Long story short, it is not technically possible to talk about DPI value for images that were taken by digital cameras or any type of digital images that were transferred to the computer's storage media. The DPI value stored within exif information of images is just a virtual value just to guide the photo editing software and the graphic artist to determine the target printing size of that image.
Requirements for Digital Media
Each image (photograph, picture, drawing or graphic) used in the manuscript should be loaded into the system in its orijinal form as an individual file.
Due to the reasons explained above, images should be taken by a digital camera of 5 megapixels or more in JPEG, RAW, or TIFF format, and should be submitted in their original form as JPEG or TIFF files.
Paper-printed images or documents should be scanned at 300 DPI resolution, and should be submitted as TIFF or JPEG files.
Each vector graphic software has its own built-in settings, and may have been preset at 72 dpi. So, the document should be created enough big to obtain the image in the desired dimensions. The vector graphics should be exported to a rasterized image format and submitted such as JPEG or TIFF files.
For X-ray films, CT scans, and other diagnostic images, as well as pictures of pathology specimens or photomicrographs, you should send high-resolution photographic image files. Since blots are used as primary evidence in many scientific articles, we may require deposition of the original photographs of blots on the journal website.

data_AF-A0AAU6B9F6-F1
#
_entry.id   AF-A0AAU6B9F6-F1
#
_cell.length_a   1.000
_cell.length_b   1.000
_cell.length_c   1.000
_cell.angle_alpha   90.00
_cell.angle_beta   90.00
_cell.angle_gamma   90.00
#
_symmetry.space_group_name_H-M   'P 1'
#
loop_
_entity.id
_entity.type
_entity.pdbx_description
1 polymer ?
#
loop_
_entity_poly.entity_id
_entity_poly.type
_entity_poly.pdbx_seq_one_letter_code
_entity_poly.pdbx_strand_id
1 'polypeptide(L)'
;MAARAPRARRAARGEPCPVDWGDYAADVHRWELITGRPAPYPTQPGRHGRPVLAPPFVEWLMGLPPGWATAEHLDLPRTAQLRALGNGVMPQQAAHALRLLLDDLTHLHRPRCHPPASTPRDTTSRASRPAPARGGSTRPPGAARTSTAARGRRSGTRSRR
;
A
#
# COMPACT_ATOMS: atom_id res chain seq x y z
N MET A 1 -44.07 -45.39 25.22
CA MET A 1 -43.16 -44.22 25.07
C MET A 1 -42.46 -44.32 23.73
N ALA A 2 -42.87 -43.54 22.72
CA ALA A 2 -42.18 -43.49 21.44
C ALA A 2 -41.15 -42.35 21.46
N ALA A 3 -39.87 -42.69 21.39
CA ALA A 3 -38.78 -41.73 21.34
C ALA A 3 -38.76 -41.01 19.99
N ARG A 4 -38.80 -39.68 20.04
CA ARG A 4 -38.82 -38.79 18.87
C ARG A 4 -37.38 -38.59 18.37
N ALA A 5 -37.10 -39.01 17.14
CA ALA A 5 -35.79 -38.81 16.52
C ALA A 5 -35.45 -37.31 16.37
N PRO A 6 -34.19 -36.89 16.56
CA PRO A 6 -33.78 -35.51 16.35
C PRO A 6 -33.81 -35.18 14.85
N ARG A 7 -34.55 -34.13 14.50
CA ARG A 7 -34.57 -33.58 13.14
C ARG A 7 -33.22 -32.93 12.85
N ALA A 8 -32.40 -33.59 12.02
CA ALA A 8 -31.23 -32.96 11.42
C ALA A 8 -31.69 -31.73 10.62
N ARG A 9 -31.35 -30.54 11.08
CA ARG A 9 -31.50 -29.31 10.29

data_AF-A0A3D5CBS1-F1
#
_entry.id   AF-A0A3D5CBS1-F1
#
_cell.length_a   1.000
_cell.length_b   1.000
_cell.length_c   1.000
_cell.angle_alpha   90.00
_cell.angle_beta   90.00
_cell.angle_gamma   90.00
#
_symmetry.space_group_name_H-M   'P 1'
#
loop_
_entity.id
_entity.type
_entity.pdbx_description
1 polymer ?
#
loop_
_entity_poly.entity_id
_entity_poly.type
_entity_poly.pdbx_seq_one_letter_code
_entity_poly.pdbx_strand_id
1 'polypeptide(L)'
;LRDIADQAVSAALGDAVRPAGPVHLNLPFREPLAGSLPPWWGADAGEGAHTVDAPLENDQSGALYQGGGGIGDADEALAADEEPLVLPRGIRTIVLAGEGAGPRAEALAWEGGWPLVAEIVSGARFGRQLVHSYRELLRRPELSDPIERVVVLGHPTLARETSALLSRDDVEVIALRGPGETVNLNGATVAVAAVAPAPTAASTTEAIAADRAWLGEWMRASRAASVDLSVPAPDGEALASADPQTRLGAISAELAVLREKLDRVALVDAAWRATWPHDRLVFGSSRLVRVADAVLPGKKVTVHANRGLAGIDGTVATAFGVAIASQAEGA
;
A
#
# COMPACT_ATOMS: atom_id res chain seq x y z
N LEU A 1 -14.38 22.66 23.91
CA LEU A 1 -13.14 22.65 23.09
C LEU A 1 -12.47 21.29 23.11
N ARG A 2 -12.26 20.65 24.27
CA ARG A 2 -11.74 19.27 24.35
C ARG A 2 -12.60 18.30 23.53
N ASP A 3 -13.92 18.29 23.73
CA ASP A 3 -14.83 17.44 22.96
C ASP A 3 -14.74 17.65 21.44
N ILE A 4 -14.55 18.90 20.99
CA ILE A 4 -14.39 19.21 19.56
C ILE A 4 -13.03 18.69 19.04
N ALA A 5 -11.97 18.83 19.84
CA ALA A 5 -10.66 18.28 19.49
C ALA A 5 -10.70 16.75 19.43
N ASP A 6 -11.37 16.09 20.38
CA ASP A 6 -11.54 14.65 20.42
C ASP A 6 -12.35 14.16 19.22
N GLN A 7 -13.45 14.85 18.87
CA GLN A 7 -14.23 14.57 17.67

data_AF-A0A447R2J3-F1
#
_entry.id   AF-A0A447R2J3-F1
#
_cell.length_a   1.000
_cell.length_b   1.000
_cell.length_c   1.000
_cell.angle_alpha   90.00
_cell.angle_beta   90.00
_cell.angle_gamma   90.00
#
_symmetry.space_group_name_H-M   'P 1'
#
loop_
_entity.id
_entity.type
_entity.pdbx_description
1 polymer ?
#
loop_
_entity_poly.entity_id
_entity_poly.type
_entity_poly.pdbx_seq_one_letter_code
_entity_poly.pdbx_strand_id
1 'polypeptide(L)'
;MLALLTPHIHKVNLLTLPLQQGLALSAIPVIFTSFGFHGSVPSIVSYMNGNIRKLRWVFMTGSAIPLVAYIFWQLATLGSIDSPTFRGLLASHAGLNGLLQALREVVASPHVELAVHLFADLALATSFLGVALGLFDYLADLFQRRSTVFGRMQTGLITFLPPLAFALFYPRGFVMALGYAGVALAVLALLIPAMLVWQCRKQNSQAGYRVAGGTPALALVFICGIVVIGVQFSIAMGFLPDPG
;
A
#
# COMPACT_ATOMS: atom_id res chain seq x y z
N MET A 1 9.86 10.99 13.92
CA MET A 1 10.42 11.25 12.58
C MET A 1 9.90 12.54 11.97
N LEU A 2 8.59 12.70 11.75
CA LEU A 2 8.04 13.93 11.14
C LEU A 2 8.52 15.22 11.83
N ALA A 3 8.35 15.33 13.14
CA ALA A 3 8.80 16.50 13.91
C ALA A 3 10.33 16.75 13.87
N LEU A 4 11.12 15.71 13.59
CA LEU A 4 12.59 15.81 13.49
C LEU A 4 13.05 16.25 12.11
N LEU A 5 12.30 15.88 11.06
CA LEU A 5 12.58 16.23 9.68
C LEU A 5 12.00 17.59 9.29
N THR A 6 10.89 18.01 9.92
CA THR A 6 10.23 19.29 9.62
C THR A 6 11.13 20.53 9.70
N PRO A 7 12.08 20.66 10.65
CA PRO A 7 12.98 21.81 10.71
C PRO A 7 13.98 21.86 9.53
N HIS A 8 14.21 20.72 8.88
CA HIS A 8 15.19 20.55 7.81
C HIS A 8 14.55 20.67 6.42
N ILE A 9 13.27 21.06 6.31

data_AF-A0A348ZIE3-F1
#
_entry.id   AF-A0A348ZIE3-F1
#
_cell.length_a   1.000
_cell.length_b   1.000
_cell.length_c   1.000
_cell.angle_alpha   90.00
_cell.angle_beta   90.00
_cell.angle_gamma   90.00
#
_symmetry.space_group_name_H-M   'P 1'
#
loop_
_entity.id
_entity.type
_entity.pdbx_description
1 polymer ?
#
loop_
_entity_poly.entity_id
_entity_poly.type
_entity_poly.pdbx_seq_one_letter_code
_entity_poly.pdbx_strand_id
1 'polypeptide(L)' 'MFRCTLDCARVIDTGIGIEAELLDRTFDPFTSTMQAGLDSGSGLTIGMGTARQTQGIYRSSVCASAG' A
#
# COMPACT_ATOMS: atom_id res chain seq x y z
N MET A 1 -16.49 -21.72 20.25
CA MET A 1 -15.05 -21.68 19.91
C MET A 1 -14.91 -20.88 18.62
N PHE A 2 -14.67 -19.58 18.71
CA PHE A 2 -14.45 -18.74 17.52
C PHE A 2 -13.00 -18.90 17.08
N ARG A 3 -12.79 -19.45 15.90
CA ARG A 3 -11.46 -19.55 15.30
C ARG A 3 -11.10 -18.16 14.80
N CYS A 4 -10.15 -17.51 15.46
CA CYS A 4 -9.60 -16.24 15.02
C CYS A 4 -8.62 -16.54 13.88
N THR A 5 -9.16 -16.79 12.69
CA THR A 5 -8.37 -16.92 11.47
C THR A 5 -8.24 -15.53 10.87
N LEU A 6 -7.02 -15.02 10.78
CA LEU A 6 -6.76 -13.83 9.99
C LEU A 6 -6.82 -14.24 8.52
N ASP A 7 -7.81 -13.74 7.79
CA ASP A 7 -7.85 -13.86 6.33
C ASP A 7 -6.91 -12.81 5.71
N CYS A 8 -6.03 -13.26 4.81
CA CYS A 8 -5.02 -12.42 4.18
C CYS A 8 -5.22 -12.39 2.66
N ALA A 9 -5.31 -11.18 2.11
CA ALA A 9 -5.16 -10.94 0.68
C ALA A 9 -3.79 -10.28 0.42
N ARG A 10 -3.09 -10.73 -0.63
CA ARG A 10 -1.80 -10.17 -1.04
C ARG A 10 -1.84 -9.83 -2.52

Letters, numbers, and symbols on figures should therefore be clear and consistent throughout, and large enough to remain legible when the figure is reduced for publication.
Figures should be made as self-explanatory as possible. Titles and detailed explanations belong in the legends— not on the illustrations themselves.
Figures should be numbered consecutively according to the order in which they have been cited in the text.
In the manuscript, legends for illustrations should be in Arabic numerals corresponding to the illustrations. Roman numerals should be avoided. When symbols, arrows, numbers, or letters are used to identify parts of the illustrations, you should identify and explain each one clearly in the legend.
Units of Measurement
Measurements of length, height, weight, and volume should be reported in metric units (meter, kilogram, or liter) or their decimal multiples.
Temperatures should be in degrees Celsius. Blood pressures should be in millimeters of mercury, unless other units are specifically required by the journal.
Authors must consult the International System of Units (SI).
Authors should add alternative or non-SI units, when SI units are not available for that particular measurement. Drug concentrations may be reported in either SI or mass units, but the alternative should be provided in parentheses where appropriate.
Abbreviations and Symbols
Use only standard abbreviations; use of nonstandard abbreviations can be confusing to readers. Avoid abbreviations in the title of the manuscript. The spelled-out abbreviation followed by the abbreviation in parenthesis should be used on first mention unless the abbreviation is a standard unit of measurement.
Types of paper
The Bulletin of Legal Medicine publishes the following types of articles.
1. Original Articles: Original prospective or retrospective studies of basic or clinical researches in areas relevant to medicine.